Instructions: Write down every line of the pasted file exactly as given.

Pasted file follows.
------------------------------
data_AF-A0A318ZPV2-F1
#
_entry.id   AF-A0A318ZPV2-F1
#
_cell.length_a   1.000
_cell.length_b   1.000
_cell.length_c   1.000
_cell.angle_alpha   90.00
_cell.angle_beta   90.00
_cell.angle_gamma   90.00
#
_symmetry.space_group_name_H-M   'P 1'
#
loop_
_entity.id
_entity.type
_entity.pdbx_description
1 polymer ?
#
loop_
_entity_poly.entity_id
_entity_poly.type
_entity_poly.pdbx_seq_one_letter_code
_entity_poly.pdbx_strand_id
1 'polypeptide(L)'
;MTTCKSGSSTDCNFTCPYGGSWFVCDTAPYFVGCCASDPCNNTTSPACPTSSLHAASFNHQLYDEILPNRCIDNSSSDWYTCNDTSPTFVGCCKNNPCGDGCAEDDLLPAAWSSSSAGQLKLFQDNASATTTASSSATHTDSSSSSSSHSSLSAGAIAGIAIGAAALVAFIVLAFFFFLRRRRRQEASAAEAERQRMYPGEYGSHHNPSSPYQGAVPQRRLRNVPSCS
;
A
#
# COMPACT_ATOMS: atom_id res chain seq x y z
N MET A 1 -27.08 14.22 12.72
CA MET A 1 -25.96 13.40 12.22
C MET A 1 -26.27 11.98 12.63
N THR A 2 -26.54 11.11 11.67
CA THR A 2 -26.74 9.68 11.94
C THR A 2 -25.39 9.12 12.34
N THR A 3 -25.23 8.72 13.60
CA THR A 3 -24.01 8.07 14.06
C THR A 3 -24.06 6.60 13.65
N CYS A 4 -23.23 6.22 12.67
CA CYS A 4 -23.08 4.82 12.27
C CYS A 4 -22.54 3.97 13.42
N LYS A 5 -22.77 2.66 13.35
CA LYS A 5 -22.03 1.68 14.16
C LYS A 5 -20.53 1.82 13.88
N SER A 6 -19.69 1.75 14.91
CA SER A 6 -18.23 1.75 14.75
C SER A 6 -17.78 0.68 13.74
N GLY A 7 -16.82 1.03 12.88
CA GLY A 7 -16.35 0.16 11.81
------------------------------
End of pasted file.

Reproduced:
data_AF-A0A318ZPV2-F1
#
_entry.id   AF-A0A318ZPV2-F1
#
_cell.length_a   1.000
_cell.length_b   1.000
_cell.length_c   1.000
_cell.angle_alpha   90.00
_cell.angle_beta   90.00
_cell.angle_gamma   90.00
#
_symmetry.space_group_name_H-M   'P 1'
#
loop_
_entity.id
_entity.type
_entity.pdbx_description
1 polymer ?
#
loop_
_entity_poly.entity_id
_entity_poly.type
_entity_poly.pdbx_seq_one_letter_code
_entity_poly.pdbx_strand_id
1 'polypeptide(L)'
;MTTCKSGSSTDCNFTCPYGGSWFVCDTAPYFVGCCASDPCNNTTSPACPTSSLHAASFNHQLYDEILPNRCIDNSSSDWYTCNDTSPTFVGCCKNNPCGDGCAEDDLLPAAWSSSSAGQLKLFQDNASATTTASSSATHTDSSSSSSSHSSLSAGAIAGIAIGAAALVAFIVLAFFFFLRRRRRQEASAAEAERQRMYPGEYGSHHNPSSPYQGAVPQRRLRNVPSCS
;
A
#
# COMPACT_ATOMS: atom_id res chain seq x y z
N MET A 1 -27.08 14.22 12.72
CA MET A 1 -25.96 13.40 12.22
C MET A 1 -26.27 11.98 12.63
N THR A 2 -26.54 11.11 11.67
CA THR A 2 -26.74 9.68 11.94
C THR A 2 -25.39 9.12 12.34
N THR A 3 -25.23 8.72 13.60
CA THR A 3 -24.01 8.07 14.06
C THR A 3 -24.06 6.60 13.65
N CYS A 4 -23.23 6.22 12.67
CA CYS A 4 -23.08 4.82 12.27
C CYS A 4 -22.54 3.97 13.42
N LYS A 5 -22.77 2.66 13.35
CA LYS A 5 -22.03 1.68 14.16
C LYS A 5 -20.53 1.82 13.88
N SER A 6 -19.69 1.75 14.91
CA SER A 6 -18.23 1.75 14.75
C SER A 6 -17.78 0.68 13.74
N GLY A 7 -16.82 1.03 12.88
CA GLY A 7 -16.35 0.16 11.81